We like our stuff. Stuff in fact is what makes the world’s capitalist markets go round. There are some well-thought out ways of describing the nature of stuff, including Karl Marx’s description of how and why “fetish commodity” is necessary to keep us consuming and buying. Then there was Torstein Veblen’s Theory of the Leisure Class. But these are both boring reads—except for geeks like me who like classical social theory.
For the rest of you, there is the classical sociologist George Carlin who also had a theory of stuff, which is linked here. Just remember, if we did not demand our stuff, we wouldn’t have a need to work, and then we wouldn’t spend, and everyone else would be out of work too. Then we would not only have more stuff, but the farmers wouldn’t grow any food because they couldn’t buy stuff in exchange for the stuff they grow, and then we would all be in a real pickle. Speaking of pickles, there was Larry the Pickle in the Veggie Tales who had an excellent rap about “Stuff Mart.”
But this blog is not just about Larry the Pickle, who in some respect is a sociologist, just like sociologist George Carlin. It is about the Carlin, who updated Marx and Veblen’s writings on the nature of stuff for a modern US American audience, which is performed here. The weekend is coming, so go out and do you duty by buying more stuff, preferably on credit, so that you, everyone else, and especially the farmers can have a job to pay back all your bills. Your country and the world depends on it!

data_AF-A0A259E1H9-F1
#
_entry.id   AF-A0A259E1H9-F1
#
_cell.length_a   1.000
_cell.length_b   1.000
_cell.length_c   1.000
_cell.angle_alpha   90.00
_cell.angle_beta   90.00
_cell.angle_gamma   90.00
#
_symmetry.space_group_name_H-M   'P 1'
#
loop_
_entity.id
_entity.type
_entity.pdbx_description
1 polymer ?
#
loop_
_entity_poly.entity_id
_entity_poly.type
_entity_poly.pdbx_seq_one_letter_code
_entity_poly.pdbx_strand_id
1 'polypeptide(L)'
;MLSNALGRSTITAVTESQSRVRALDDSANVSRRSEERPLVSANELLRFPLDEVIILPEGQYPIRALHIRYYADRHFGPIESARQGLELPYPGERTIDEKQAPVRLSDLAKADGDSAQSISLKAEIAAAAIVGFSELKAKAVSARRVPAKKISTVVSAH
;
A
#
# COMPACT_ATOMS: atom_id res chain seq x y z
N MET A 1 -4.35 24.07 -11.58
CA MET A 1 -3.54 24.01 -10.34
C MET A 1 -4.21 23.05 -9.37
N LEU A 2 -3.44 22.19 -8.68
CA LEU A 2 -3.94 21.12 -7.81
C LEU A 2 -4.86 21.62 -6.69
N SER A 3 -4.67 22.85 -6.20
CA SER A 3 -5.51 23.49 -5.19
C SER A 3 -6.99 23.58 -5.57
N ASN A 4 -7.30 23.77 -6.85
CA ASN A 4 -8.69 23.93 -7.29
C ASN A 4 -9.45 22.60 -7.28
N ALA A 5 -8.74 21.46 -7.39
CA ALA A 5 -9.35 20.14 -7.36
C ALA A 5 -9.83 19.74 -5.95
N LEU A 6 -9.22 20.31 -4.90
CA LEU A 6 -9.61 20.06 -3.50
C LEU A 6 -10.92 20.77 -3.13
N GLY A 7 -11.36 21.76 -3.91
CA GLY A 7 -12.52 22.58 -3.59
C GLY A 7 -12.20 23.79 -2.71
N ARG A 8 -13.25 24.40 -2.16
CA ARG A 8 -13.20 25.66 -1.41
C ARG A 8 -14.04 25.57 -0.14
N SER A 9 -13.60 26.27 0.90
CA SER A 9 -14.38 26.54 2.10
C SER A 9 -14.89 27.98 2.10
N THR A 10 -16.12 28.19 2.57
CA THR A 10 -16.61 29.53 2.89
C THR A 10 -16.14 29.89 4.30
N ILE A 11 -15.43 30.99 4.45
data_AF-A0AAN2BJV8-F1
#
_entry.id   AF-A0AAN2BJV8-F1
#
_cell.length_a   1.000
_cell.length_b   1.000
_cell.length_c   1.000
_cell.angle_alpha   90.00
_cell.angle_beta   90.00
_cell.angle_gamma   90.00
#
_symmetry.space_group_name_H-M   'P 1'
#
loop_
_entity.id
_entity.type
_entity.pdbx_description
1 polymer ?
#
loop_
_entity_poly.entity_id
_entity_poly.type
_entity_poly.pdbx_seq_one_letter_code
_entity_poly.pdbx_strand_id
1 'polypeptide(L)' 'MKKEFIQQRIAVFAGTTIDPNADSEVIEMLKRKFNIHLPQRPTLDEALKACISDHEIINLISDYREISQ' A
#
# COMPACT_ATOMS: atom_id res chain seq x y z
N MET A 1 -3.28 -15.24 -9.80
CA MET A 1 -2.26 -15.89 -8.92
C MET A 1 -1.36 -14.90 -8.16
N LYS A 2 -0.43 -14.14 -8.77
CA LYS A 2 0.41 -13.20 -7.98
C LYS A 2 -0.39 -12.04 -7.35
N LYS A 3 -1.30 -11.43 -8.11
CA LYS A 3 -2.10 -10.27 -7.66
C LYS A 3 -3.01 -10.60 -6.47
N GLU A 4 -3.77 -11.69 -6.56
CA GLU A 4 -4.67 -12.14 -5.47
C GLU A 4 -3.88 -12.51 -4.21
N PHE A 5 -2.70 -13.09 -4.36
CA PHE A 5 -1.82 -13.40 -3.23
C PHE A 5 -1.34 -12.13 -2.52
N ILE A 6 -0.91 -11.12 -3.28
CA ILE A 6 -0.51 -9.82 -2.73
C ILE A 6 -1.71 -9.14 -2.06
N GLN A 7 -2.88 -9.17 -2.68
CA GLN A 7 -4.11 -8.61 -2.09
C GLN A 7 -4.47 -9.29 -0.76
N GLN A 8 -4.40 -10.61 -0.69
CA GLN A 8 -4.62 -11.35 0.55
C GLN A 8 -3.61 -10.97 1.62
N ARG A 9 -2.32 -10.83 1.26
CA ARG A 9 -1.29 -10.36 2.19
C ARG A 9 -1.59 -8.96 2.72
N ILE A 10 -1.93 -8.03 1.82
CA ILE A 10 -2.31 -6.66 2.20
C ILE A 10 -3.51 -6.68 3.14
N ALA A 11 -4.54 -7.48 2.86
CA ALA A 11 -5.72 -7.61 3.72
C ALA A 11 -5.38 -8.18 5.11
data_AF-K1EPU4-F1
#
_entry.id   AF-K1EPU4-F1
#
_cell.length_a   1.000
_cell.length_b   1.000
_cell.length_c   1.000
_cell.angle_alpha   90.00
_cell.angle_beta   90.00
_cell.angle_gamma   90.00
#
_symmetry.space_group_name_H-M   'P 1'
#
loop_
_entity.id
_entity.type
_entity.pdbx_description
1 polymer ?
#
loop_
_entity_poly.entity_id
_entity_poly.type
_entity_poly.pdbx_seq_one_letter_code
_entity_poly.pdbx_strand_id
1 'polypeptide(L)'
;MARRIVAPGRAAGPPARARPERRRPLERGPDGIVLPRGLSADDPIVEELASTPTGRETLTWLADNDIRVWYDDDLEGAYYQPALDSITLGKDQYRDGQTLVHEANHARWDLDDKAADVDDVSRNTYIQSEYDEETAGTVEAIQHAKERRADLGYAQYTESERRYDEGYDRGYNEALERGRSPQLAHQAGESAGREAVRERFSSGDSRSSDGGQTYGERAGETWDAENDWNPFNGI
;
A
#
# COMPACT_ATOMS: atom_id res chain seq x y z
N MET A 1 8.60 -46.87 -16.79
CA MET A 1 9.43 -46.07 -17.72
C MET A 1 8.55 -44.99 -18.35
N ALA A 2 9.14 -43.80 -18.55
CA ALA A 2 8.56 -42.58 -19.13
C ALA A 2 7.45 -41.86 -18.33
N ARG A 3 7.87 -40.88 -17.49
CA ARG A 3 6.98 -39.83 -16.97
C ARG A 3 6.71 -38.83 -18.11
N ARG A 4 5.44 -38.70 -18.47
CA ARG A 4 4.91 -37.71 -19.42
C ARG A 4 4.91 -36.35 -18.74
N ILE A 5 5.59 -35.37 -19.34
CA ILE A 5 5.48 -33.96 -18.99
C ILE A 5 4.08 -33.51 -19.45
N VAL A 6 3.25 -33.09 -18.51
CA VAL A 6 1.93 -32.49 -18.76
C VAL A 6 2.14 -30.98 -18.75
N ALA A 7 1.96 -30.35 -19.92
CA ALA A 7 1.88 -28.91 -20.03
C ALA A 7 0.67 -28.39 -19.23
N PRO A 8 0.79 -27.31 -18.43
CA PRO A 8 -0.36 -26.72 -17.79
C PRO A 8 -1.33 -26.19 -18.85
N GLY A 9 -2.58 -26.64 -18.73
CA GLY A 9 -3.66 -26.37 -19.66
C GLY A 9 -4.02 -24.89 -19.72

Tony Waters is czar and editor of Ethnography.com. He came to us from the Sociology department at California State University at Chico where he has been a professor since 1996. In 2016 though he suddenly found himself with a new gig at Payap University in northern Thailand where he is on the faculty of the Peace Studies Department. He has also been a guest professor in Germany, and Tanzania. In the past, his main interests have been international development and refugees in Thailand, Tanzania, and California. This reflects a former career in the Peace Corps (Thailand), and refugee camps (Thailand and Tanzania). His books include: Crime and Immigrant Youth (1999), Bureaucratizing the Good Samaritan (2001), The Persistence of Subsistence Agriculture: Life Beneath of the Marketplace (2007), When Killing is a Crime (2007), and Schooling, Bureaucracy, and Childhood: Bureaucratizing the Child (2012). His hobby is trying to learn strange languages–and the mistakes that that implies. Tony is a prolific academic, you can read more of his work at academia.edu.or purchase one (or more!) of his books from Amazon.com.